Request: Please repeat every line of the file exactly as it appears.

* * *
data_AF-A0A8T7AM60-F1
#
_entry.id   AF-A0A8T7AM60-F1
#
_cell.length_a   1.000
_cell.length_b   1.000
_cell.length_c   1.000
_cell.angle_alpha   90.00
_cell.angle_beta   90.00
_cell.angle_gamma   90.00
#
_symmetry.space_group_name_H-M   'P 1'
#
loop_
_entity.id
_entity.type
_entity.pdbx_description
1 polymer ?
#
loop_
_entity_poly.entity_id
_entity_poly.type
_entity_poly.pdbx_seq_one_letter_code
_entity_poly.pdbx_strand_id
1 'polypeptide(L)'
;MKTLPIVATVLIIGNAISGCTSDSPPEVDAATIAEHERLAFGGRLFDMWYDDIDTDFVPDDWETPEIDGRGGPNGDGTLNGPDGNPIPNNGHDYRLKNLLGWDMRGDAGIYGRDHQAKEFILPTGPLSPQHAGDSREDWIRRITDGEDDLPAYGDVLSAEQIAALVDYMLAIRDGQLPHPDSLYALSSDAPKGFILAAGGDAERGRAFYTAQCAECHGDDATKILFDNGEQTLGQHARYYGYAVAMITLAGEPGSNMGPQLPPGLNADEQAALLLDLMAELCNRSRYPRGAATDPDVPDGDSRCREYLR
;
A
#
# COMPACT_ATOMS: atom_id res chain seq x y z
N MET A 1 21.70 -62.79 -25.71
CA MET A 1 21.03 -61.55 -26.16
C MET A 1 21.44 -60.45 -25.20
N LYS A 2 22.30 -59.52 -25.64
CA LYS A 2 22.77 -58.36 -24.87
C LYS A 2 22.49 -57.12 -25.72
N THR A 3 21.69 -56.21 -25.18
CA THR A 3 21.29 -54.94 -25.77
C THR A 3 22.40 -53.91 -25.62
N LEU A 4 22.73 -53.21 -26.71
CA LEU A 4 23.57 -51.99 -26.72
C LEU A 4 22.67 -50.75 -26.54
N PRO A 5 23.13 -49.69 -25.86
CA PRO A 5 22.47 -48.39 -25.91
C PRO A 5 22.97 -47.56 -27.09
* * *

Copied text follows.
data_AF-A0A8T7AM60-F1
#
_entry.id   AF-A0A8T7AM60-F1
#
_cell.length_a   1.000
_cell.length_b   1.000
_cell.length_c   1.000
_cell.angle_alpha   90.00
_cell.angle_beta   90.00
_cell.angle_gamma   90.00
#
_symmetry.space_group_name_H-M   'P 1'
#
loop_
_entity.id
_entity.type
_entity.pdbx_description
1 polymer ?
#
loop_
_entity_poly.entity_id
_entity_poly.type
_entity_poly.pdbx_seq_one_letter_code
_entity_poly.pdbx_strand_id
1 'polypeptide(L)'
;MKTLPIVATVLIIGNAISGCTSDSPPEVDAATIAEHERLAFGGRLFDMWYDDIDTDFVPDDWETPEIDGRGGPNGDGTLNGPDGNPIPNNGHDYRLKNLLGWDMRGDAGIYGRDHQAKEFILPTGPLSPQHAGDSREDWIRRITDGEDDLPAYGDVLSAEQIAALVDYMLAIRDGQLPHPDSLYALSSDAPKGFILAAGGDAERGRAFYTAQCAECHGDDATKILFDNGEQTLGQHARYYGYAVAMITLAGEPGSNMGPQLPPGLNADEQAALLLDLMAELCNRSRYPRGAATDPDVPDGDSRCREYLR
;
A
#
# COMPACT_ATOMS: atom_id res chain seq x y z
N MET A 1 21.70 -62.79 -25.71
CA MET A 1 21.03 -61.55 -26.16
C MET A 1 21.44 -60.45 -25.20
N LYS A 2 22.30 -59.52 -25.64
CA LYS A 2 22.77 -58.36 -24.87
C LYS A 2 22.49 -57.12 -25.72
N THR A 3 21.69 -56.21 -25.18
CA THR A 3 21.29 -54.94 -25.77
C THR A 3 22.40 -53.91 -25.62
N LEU A 4 22.73 -53.21 -26.71
CA LEU A 4 23.57 -51.99 -26.72
C LEU A 4 22.67 -50.75 -26.54
N PRO A 5 23.13 -49.69 -25.86
CA PRO A 5 22.47 -48.39 -25.91
C PRO A 5 22.97 -47.56 -27.09